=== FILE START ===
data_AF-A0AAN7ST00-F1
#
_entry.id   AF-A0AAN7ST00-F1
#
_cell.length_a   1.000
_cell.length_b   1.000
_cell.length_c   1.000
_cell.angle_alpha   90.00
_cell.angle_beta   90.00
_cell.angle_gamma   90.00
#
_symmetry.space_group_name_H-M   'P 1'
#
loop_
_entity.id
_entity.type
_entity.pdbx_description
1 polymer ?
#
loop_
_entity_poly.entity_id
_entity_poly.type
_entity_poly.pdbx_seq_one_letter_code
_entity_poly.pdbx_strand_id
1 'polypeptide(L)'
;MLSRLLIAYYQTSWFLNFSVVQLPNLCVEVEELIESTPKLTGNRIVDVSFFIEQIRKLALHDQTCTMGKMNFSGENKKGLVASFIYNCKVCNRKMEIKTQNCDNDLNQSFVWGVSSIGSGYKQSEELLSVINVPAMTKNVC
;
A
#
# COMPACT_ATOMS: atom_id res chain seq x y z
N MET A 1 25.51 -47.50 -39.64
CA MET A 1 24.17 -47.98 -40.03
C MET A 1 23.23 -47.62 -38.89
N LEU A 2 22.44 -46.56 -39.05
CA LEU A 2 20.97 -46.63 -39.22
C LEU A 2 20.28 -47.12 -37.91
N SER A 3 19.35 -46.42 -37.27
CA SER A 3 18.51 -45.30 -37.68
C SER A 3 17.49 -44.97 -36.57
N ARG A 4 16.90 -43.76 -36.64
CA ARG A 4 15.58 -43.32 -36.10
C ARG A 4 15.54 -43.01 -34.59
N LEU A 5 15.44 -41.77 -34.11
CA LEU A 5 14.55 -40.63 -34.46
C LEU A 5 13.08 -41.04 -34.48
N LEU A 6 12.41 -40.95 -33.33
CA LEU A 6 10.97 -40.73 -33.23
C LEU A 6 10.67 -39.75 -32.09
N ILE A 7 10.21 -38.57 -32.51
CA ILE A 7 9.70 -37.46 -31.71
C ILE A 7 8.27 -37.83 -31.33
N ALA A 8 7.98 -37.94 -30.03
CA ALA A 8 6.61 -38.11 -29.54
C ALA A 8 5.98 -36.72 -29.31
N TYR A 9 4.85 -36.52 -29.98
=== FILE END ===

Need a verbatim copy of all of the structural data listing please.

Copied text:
data_AF-A0AAN7ST00-F1
#
_entry.id   AF-A0AAN7ST00-F1
#
_cell.length_a   1.000
_cell.length_b   1.000
_cell.length_c   1.000
_cell.angle_alpha   90.00
_cell.angle_beta   90.00
_cell.angle_gamma   90.00
#
_symmetry.space_group_name_H-M   'P 1'
#
loop_
_entity.id
_entity.type
_entity.pdbx_description
1 polymer ?
#
loop_
_entity_poly.entity_id
_entity_poly.type
_entity_poly.pdbx_seq_one_letter_code
_entity_poly.pdbx_strand_id
1 'polypeptide(L)'
;MLSRLLIAYYQTSWFLNFSVVQLPNLCVEVEELIESTPKLTGNRIVDVSFFIEQIRKLALHDQTCTMGKMNFSGENKKGLVASFIYNCKVCNRKMEIKTQNCDNDLNQSFVWGVSSIGSGYKQSEELLSVINVPAMTKNVC
;
A
#
# COMPACT_ATOMS: atom_id res chain seq x y z
N MET A 1 25.51 -47.50 -39.64
CA MET A 1 24.17 -47.98 -40.03
C MET A 1 23.23 -47.62 -38.89
N LEU A 2 22.44 -46.56 -39.05
CA LEU A 2 20.97 -46.63 -39.22
C LEU A 2 20.28 -47.12 -37.91
N SER A 3 19.35 -46.42 -37.27
CA SER A 3 18.51 -45.30 -37.68
C SER A 3 17.49 -44.97 -36.57
N ARG A 4 16.90 -43.76 -36.64
CA ARG A 4 15.58 -43.32 -36.10
C ARG A 4 15.54 -43.01 -34.59
N LEU A 5 15.44 -41.77 -34.11
CA LEU A 5 14.55 -40.63 -34.46
C LEU A 5 13.08 -41.04 -34.48
N LEU A 6 12.41 -40.95 -33.33
CA LEU A 6 10.97 -40.73 -33.23
C LEU A 6 10.67 -39.75 -32.09
N ILE A 7 10.21 -38.57 -32.51
CA ILE A 7 9.70 -37.46 -31.71
C ILE A 7 8.27 -37.83 -31.33
N ALA A 8 7.98 -37.94 -30.03
CA ALA A 8 6.61 -38.11 -29.54
C ALA A 8 5.98 -36.72 -29.31
N TYR A 9 4.85 -36.52 -29.98